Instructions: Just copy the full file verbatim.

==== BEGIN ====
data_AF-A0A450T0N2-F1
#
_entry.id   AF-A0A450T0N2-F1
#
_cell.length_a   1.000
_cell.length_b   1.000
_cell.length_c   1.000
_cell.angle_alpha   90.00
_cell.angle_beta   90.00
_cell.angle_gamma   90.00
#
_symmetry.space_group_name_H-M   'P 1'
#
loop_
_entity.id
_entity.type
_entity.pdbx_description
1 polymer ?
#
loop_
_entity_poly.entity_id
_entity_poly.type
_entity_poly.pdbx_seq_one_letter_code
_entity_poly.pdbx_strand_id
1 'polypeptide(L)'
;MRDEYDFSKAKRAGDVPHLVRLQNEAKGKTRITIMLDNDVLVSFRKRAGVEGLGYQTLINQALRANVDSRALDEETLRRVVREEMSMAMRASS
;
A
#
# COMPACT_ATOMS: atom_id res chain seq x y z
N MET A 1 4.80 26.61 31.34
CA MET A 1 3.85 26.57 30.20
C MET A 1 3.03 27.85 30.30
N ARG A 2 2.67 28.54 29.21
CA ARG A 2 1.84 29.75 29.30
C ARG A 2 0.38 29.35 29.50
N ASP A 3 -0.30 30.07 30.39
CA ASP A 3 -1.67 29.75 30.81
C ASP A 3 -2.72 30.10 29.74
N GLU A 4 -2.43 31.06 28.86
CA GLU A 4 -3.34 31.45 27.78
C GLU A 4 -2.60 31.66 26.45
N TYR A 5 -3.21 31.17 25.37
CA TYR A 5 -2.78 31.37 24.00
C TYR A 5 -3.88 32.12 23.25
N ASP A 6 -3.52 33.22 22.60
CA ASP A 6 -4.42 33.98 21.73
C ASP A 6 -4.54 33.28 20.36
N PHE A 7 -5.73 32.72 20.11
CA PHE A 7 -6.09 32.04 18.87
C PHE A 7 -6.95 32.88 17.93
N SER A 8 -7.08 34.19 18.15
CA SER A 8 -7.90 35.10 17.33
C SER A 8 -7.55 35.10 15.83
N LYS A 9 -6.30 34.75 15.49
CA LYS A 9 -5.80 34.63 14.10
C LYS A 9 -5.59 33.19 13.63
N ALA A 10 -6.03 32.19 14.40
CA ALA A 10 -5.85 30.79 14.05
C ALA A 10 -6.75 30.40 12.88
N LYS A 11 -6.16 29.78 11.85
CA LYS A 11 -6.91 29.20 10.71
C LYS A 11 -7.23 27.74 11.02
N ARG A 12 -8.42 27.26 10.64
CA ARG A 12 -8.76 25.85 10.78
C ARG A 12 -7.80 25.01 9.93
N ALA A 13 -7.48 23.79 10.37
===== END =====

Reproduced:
data_AF-A0A450T0N2-F1
#
_entry.id   AF-A0A450T0N2-F1
#
_cell.length_a   1.000
_cell.length_b   1.000
_cell.length_c   1.000
_cell.angle_alpha   90.00
_cell.angle_beta   90.00
_cell.angle_gamma   90.00
#
_symmetry.space_group_name_H-M   'P 1'
#
loop_
_entity.id
_entity.type
_entity.pdbx_description
1 polymer ?
#
loop_
_entity_poly.entity_id
_entity_poly.type
_entity_poly.pdbx_seq_one_letter_code
_entity_poly.pdbx_strand_id
1 'polypeptide(L)'
;MRDEYDFSKAKRAGDVPHLVRLQNEAKGKTRITIMLDNDVLVSFRKRAGVEGLGYQTLINQALRANVDSRALDEETLRRVVREEMSMAMRASS
;
A
#
# COMPACT_ATOMS: atom_id res chain seq x y z
N MET A 1 4.80 26.61 31.34
CA MET A 1 3.85 26.57 30.20
C MET A 1 3.03 27.85 30.30
N ARG A 2 2.67 28.54 29.21
CA ARG A 2 1.84 29.75 29.30
C ARG A 2 0.38 29.35 29.50
N ASP A 3 -0.30 30.07 30.39
CA ASP A 3 -1.67 29.75 30.81
C ASP A 3 -2.72 30.10 29.74
N GLU A 4 -2.43 31.06 28.86
CA GLU A 4 -3.34 31.45 27.78
C GLU A 4 -2.60 31.66 26.45
N TYR A 5 -3.21 31.17 25.37
CA TYR A 5 -2.78 31.37 24.00
C TYR A 5 -3.88 32.12 23.25
N ASP A 6 -3.52 33.22 22.60
CA ASP A 6 -4.42 33.98 21.73
C ASP A 6 -4.54 33.28 20.36
N PHE A 7 -5.73 32.72 20.11
CA PHE A 7 -6.09 32.04 18.87
C PHE A 7 -6.95 32.88 17.93
N SER A 8 -7.08 34.19 18.15
CA SER A 8 -7.90 35.10 17.33
C SER A 8 -7.55 35.10 15.83
N LYS A 9 -6.30 34.75 15.49
CA LYS A 9 -5.80 34.63 14.10
C LYS A 9 -5.59 33.19 13.63
N ALA A 10 -6.03 32.19 14.40
CA ALA A 10 -5.85 30.79 14.05
C ALA A 10 -6.75 30.40 12.88
N LYS A 11 -6.16 29.78 11.85
CA LYS A 11 -6.91 29.20 10.71
C LYS A 11 -7.23 27.74 11.02
N ARG A 12 -8.42 27.26 10.64
CA ARG A 12 -8.76 25.85 10.78
C ARG A 12 -7.80 25.01 9.93
N ALA A 13 -7.48 23.79 10.37